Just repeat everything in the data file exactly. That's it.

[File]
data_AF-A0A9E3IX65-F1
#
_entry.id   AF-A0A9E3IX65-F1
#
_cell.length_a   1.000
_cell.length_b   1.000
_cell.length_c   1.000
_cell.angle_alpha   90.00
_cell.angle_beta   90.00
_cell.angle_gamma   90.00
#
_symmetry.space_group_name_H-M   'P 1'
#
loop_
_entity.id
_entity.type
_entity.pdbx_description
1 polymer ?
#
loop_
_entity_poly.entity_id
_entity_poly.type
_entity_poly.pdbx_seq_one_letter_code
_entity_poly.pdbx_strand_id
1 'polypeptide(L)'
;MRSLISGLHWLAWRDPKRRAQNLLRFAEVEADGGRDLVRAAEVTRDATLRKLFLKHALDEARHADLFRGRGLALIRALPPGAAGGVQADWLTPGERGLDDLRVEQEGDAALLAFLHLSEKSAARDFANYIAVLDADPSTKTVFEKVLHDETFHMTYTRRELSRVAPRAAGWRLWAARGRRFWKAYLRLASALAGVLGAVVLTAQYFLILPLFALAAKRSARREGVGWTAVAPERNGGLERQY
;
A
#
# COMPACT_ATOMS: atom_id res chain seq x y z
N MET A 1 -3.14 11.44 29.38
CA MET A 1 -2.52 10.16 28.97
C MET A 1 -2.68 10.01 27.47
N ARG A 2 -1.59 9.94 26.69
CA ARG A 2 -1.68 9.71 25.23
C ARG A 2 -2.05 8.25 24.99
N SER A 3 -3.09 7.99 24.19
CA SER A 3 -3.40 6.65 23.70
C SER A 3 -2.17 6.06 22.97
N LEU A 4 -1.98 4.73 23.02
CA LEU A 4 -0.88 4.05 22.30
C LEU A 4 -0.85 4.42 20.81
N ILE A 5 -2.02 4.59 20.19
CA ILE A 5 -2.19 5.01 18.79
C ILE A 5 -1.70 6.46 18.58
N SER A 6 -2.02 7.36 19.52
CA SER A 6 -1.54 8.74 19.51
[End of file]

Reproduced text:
data_AF-A0A9E3IX65-F1
#
_entry.id   AF-A0A9E3IX65-F1
#
_cell.length_a   1.000
_cell.length_b   1.000
_cell.length_c   1.000
_cell.angle_alpha   90.00
_cell.angle_beta   90.00
_cell.angle_gamma   90.00
#
_symmetry.space_group_name_H-M   'P 1'
#
loop_
_entity.id
_entity.type
_entity.pdbx_description
1 polymer ?
#
loop_
_entity_poly.entity_id
_entity_poly.type
_entity_poly.pdbx_seq_one_letter_code
_entity_poly.pdbx_strand_id
1 'polypeptide(L)'
;MRSLISGLHWLAWRDPKRRAQNLLRFAEVEADGGRDLVRAAEVTRDATLRKLFLKHALDEARHADLFRGRGLALIRALPPGAAGGVQADWLTPGERGLDDLRVEQEGDAALLAFLHLSEKSAARDFANYIAVLDADPSTKTVFEKVLHDETFHMTYTRRELSRVAPRAAGWRLWAARGRRFWKAYLRLASALAGVLGAVVLTAQYFLILPLFALAAKRSARREGVGWTAVAPERNGGLERQY
;
A
#
# COMPACT_ATOMS: atom_id res chain seq x y z
N MET A 1 -3.14 11.44 29.38
CA MET A 1 -2.52 10.16 28.97
C MET A 1 -2.68 10.01 27.47
N ARG A 2 -1.59 9.94 26.69
CA ARG A 2 -1.68 9.71 25.23
C ARG A 2 -2.05 8.25 24.99
N SER A 3 -3.09 7.99 24.19
CA SER A 3 -3.40 6.65 23.70
C SER A 3 -2.17 6.06 22.97
N LEU A 4 -1.98 4.73 23.02
CA LEU A 4 -0.88 4.05 22.30
C LEU A 4 -0.85 4.42 20.81
N ILE A 5 -2.02 4.59 20.19
CA ILE A 5 -2.19 5.01 18.79
C ILE A 5 -1.70 6.46 18.58
N SER A 6 -2.02 7.36 19.52
CA SER A 6 -1.54 8.74 19.51